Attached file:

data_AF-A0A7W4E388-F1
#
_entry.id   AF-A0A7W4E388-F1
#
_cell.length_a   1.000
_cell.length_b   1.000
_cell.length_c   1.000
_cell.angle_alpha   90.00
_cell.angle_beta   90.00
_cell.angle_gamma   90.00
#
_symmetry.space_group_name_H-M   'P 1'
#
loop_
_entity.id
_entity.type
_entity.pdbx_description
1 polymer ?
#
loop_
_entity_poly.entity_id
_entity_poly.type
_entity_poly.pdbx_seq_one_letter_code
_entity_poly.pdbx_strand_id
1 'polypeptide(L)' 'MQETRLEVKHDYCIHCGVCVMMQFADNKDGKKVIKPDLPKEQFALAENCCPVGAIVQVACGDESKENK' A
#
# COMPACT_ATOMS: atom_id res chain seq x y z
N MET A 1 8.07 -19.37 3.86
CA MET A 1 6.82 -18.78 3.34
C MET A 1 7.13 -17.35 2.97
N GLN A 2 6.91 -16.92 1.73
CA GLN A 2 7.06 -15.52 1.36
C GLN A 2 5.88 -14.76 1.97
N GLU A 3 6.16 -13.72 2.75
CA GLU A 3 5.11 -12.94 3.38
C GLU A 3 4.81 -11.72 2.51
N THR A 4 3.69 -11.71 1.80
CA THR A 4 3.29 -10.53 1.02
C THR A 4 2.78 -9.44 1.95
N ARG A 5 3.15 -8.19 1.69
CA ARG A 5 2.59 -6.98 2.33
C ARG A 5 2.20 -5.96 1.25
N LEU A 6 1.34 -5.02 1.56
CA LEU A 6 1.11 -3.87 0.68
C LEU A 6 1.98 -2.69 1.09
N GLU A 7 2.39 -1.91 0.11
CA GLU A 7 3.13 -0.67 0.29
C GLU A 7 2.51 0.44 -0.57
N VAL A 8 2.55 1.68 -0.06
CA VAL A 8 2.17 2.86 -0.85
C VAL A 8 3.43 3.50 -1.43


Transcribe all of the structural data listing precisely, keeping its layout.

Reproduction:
data_AF-A0A7W4E388-F1
#
_entry.id   AF-A0A7W4E388-F1
#
_cell.length_a   1.000
_cell.length_b   1.000
_cell.length_c   1.000
_cell.angle_alpha   90.00
_cell.angle_beta   90.00
_cell.angle_gamma   90.00
#
_symmetry.space_group_name_H-M   'P 1'
#
loop_
_entity.id
_entity.type
_entity.pdbx_description
1 polymer ?
#
loop_
_entity_poly.entity_id
_entity_poly.type
_entity_poly.pdbx_seq_one_letter_code
_entity_poly.pdbx_strand_id
1 'polypeptide(L)' 'MQETRLEVKHDYCIHCGVCVMMQFADNKDGKKVIKPDLPKEQFALAENCCPVGAIVQVACGDESKENK' A
#
# COMPACT_ATOMS: atom_id res chain seq x y z
N MET A 1 8.07 -19.37 3.86
CA MET A 1 6.82 -18.78 3.34
C MET A 1 7.13 -17.35 2.97
N GLN A 2 6.91 -16.92 1.73
CA GLN A 2 7.06 -15.52 1.36
C GLN A 2 5.88 -14.76 1.97
N GLU A 3 6.16 -13.72 2.75
CA GLU A 3 5.11 -12.94 3.38
C GLU A 3 4.81 -11.72 2.51
N THR A 4 3.69 -11.71 1.80
CA THR A 4 3.29 -10.53 1.02
C THR A 4 2.78 -9.44 1.95
N ARG A 5 3.15 -8.19 1.69
CA ARG A 5 2.59 -6.98 2.33
C ARG A 5 2.20 -5.96 1.25
N LEU A 6 1.34 -5.02 1.56
CA LEU A 6 1.11 -3.87 0.68
C LEU A 6 1.98 -2.69 1.09
N GLU A 7 2.39 -1.91 0.11
CA GLU A 7 3.13 -0.67 0.29
C GLU A 7 2.51 0.44 -0.57
N VAL A 8 2.55 1.68 -0.06
CA VAL A 8 2.17 2.86 -0.85
C VAL A 8 3.43 3.50 -1.43